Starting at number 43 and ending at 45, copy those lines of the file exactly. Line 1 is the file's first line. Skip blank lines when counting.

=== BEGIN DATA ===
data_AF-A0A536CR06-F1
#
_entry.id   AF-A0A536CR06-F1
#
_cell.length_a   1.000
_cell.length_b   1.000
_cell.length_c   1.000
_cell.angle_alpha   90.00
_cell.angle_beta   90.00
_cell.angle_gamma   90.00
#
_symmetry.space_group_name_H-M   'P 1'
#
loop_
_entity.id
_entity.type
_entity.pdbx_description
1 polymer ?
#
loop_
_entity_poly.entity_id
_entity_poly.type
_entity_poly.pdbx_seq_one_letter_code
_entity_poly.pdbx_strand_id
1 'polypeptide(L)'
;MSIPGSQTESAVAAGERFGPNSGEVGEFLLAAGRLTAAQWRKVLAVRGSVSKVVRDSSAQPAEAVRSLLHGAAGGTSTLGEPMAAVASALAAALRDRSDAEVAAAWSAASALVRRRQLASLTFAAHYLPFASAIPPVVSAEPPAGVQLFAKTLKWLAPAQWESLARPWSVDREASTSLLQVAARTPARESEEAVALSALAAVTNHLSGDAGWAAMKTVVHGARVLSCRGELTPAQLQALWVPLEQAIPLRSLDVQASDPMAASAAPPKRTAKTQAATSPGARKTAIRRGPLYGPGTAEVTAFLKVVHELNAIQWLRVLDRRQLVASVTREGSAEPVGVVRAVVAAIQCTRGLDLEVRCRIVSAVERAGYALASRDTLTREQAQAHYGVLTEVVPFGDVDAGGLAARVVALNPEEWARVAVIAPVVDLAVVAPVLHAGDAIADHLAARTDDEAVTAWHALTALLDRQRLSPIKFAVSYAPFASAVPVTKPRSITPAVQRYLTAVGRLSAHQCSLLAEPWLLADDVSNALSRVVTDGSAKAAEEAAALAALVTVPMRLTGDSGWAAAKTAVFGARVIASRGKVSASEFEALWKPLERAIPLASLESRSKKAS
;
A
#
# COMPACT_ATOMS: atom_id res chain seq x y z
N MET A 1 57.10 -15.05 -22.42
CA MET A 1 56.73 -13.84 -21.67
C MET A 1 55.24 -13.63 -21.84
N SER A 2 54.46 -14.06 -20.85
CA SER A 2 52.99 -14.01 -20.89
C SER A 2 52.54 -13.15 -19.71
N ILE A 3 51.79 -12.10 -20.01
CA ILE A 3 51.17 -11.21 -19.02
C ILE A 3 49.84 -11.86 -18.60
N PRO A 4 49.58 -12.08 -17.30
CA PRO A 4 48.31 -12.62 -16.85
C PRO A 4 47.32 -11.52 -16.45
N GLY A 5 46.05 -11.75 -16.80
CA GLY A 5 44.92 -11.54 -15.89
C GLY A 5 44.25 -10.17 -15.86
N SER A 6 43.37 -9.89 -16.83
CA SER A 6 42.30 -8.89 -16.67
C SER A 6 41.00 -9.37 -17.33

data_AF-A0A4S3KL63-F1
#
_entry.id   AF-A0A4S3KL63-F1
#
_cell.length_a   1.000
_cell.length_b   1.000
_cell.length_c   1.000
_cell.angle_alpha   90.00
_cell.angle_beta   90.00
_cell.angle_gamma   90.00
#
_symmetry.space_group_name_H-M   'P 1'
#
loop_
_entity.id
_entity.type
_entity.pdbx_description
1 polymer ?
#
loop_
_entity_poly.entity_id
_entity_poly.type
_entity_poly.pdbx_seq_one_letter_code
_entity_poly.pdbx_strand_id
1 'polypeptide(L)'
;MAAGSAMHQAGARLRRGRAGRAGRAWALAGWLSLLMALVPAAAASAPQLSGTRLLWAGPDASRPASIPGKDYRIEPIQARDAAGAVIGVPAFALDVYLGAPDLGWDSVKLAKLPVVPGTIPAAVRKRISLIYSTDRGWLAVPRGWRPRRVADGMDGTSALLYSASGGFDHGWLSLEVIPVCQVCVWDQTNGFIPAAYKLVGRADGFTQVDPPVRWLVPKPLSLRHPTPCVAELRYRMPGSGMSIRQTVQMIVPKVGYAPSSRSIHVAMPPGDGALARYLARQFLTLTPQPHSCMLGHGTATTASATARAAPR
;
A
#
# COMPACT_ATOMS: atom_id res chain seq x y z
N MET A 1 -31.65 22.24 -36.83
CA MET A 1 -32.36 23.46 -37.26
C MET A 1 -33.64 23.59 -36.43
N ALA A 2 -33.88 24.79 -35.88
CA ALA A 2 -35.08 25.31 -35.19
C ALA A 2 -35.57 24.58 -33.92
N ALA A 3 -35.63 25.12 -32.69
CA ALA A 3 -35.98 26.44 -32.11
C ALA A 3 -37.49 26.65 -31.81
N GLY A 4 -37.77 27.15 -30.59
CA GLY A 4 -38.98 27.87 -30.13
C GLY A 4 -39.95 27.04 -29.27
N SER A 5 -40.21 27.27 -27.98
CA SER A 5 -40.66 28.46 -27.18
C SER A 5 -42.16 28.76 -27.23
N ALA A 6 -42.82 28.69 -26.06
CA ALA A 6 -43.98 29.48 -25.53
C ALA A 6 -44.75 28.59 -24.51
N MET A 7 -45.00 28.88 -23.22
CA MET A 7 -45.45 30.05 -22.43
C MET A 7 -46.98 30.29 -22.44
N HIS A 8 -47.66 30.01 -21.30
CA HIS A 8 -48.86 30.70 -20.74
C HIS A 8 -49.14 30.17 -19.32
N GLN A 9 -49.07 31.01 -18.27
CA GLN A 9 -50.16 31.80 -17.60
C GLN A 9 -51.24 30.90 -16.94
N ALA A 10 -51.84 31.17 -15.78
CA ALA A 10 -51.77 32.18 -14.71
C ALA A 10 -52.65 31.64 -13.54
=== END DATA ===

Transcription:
N GLY A 5 46.05 -11.75 -16.80
CA GLY A 5 44.92 -11.54 -15.89
C GLY A 5 44.25 -10.17 -15.86